Aug 8

I woke to a dense fog on the river so laid up for a while to get the courage to get out in the dampness. The fog began to lift in an hour or two and I rousted out to build a fire and got the coffee pot on. Cooked the previous night’s dinner of pasta and peas. Threatened rain so I held off breaking camp. Still waiting and watching while Liz became so bored she began chewing up some rotten sticks lying around camp. Got off mid morning and found that I was sorely mistaken about being close to Carrot rapids as I paddled much of the day getting to them. Had a fairly stiff E breeze much of the day. Carrot rapids were aptly named as there was a heavy stand along the shore of what appeared to me to be wild carrot. The rapids were plenty daunting. Tough wading down a portion and portaged through heavy brush around one chute, crossed to better wading at one interlude in the rapid for better wading conditions but still had to push the canoe out into the swift water to get around a boulder which took some courage. Shipped some water after which I decided to camp after that ordeal and sought a camp immediately below the rapid. This was a heavily burned over area some years back and the foliage was dense. Found a decent landing spot with space for the camp equipage etc. on shore but had to swamp out a tight space in the foliage for the tarp. Filtered the usual toddy water and called Sally.

Aug 9

A bright clear day with the wind still out of the east. Looks like a lot of smoke to the West. A heavy dew so all is wet. Headed out about 8:00 (no watch so all times are a guess). Looking to get to Eagle rapids inside of an hour, another wader. Don’t like those much. It was a tough day negotiating two very demanding rapids. Lots of wading, some lining down through some serious chutes. An unnamed rapid below Eagle was the worst but both were tough. Almost made a serious misstep following the guide that reported that the lower rapid was runable. Looked easy from above, a straight shot – no rocks. What I didn’t perceive were some big (really moderate for most canoes) standing waves at the bottom that nearly swamped the canoe. Took two sizeable waves over the bow and Liz filling the canoe with about 3 inches of water making the canoe very unstable but managed to eddy out and bail the canoe. Made for a decent looking campsite on the right bank just a bit downstream of the eddy. Mosquitoes were wicked. Laid in my bag in the AM and smacked them till my palms were black. An interesting occurrence at Eagle rapid that could be interpreted as a good omen but clarified the name was a beautiful bald eagle that came flying up the gorge at eye level as I was scouting the rapid.]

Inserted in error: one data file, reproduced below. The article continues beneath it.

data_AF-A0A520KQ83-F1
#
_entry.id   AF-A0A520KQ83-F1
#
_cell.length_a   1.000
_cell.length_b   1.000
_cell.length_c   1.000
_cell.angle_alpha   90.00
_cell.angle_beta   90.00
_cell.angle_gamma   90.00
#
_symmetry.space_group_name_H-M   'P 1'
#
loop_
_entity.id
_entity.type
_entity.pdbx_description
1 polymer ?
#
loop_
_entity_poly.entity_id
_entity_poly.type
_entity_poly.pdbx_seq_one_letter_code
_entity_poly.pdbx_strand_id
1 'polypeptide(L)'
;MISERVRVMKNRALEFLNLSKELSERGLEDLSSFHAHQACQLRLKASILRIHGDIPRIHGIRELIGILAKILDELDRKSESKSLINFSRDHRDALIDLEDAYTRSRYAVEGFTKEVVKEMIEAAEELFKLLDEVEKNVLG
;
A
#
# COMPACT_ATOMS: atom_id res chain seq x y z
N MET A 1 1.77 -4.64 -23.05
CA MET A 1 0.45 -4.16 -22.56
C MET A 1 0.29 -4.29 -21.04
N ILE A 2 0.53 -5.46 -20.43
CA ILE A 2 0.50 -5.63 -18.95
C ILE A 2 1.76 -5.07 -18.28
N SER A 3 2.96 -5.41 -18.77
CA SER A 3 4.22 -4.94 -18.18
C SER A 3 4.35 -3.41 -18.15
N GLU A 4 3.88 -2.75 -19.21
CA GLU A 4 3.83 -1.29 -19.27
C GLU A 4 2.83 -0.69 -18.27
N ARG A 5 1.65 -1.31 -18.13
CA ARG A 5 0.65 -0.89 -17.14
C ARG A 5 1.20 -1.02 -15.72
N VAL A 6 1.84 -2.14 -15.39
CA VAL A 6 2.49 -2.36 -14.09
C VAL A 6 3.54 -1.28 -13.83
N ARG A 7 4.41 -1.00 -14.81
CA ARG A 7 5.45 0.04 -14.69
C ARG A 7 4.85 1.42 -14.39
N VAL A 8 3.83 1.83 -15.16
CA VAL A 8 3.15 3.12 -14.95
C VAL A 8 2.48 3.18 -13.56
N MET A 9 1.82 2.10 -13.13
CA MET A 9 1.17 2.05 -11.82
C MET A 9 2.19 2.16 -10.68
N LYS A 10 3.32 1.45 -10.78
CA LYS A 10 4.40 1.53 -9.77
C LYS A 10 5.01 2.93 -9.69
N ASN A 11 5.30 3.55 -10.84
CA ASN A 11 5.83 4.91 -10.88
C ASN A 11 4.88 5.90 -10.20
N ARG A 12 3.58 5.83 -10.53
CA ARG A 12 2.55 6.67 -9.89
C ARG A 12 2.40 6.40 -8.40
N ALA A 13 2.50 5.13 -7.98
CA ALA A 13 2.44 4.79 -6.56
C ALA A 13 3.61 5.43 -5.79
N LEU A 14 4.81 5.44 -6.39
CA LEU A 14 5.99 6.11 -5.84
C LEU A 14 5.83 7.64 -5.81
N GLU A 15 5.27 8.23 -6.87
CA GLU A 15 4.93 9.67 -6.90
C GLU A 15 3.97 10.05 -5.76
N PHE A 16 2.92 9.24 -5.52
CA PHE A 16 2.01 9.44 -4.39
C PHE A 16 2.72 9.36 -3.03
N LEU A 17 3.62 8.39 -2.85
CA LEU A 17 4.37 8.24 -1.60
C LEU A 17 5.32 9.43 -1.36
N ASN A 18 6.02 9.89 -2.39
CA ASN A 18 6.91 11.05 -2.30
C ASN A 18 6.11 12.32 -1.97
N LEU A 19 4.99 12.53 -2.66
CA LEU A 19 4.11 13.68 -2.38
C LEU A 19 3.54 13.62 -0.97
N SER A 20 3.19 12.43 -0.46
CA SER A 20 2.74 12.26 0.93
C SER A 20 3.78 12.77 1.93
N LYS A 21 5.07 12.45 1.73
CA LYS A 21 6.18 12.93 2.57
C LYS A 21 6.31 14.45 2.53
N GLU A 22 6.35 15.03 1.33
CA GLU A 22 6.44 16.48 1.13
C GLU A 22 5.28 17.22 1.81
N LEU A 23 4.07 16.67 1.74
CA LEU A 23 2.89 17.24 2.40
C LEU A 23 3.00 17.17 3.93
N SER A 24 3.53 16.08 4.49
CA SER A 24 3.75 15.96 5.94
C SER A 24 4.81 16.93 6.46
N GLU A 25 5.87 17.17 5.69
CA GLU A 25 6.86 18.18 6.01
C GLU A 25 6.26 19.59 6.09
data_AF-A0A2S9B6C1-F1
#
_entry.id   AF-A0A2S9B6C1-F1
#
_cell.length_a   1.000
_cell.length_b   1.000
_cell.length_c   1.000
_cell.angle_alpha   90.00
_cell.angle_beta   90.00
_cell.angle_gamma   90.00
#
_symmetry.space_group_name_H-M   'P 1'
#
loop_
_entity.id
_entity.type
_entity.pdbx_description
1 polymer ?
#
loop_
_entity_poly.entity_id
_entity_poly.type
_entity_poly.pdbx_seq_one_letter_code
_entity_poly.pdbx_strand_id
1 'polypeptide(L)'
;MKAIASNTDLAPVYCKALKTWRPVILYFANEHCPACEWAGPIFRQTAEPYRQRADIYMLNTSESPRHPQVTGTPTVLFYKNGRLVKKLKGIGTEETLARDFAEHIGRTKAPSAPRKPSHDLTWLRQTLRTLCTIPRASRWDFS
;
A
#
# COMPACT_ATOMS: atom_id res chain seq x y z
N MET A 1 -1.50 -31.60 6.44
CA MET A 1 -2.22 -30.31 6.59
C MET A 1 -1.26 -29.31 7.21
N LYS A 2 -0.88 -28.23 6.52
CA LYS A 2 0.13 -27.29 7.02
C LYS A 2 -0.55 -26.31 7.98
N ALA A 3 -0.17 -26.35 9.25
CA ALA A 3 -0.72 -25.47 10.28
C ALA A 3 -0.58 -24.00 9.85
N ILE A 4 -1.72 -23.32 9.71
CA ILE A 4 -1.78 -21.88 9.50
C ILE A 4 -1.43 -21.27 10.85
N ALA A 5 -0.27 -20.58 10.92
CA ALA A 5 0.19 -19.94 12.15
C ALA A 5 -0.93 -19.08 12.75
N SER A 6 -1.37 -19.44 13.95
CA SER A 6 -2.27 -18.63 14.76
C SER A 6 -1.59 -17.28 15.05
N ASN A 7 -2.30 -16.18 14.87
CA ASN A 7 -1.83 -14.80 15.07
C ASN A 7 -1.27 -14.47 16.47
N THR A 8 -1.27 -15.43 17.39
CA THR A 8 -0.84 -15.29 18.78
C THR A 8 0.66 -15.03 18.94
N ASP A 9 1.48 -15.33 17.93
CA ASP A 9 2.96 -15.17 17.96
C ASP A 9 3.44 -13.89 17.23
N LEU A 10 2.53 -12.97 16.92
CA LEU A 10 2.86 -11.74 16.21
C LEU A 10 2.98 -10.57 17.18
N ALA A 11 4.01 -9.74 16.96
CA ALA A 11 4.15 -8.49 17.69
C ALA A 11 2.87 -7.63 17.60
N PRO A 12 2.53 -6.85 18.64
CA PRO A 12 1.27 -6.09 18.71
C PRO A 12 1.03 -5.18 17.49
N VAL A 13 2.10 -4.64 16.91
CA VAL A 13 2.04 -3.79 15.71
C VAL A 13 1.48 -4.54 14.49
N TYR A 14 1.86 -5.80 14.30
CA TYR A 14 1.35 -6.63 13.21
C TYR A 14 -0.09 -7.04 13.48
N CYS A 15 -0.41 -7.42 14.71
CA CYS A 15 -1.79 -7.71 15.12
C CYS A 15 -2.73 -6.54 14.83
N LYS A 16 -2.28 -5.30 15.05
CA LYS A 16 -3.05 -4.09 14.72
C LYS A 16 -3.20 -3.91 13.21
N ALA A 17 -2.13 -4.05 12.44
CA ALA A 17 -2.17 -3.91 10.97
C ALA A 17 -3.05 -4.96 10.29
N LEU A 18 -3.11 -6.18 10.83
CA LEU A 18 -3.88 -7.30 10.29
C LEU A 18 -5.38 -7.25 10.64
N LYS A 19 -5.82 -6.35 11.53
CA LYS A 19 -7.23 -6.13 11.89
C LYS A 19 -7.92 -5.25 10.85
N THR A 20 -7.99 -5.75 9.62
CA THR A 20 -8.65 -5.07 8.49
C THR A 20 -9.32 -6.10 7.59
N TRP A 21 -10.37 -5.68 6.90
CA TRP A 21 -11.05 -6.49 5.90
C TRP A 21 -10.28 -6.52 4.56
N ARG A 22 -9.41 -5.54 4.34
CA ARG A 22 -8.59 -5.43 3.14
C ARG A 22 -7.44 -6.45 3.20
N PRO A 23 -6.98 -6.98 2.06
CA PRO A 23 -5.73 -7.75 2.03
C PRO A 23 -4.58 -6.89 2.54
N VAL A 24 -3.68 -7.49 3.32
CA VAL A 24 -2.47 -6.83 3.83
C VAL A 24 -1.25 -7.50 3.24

Aug 10

It was a short run to Moose rapid, reportedly an easy class 1+ but I didn’t dare chance it after yesterday’s near swamping so I lined down but nearly had another incident when a strong cross current around a large boulder caught the stern of the canoe and nearly flipped it because I had secured the tow line to the hand grip at the top of the stern. I resolved to rig a harness that would pull from the keel for future linings. I’m quickly getting some lessons imprinted that could serve me well for the remainder of the trip. [as it turned out they weren’t nearly as important as succeeding rapids and falls were more manageable due to convenient portage paths to avoid treacherous situations.] Found a pretty nice campsite between Clay and Driftwood rapids. The mosquitoes continued to be annoying. Clay rapids had a very nice portage path of 400 m which I took some time improving with the axe. There was no prospect of running that one. Saw my first indication of other humans having been in the area due to foot prints in the mud at the lower end of the portage. I wasn’t certain how recent as their freshness would have been influenced by the amount of precipitation had occurred since they were made but they appeared to fairly recent. Paddled several hours but not sure how many miles I covered [about 17]. Liz is getting fed up with paddling all day. Day nine should see me through at least a couple more rapids.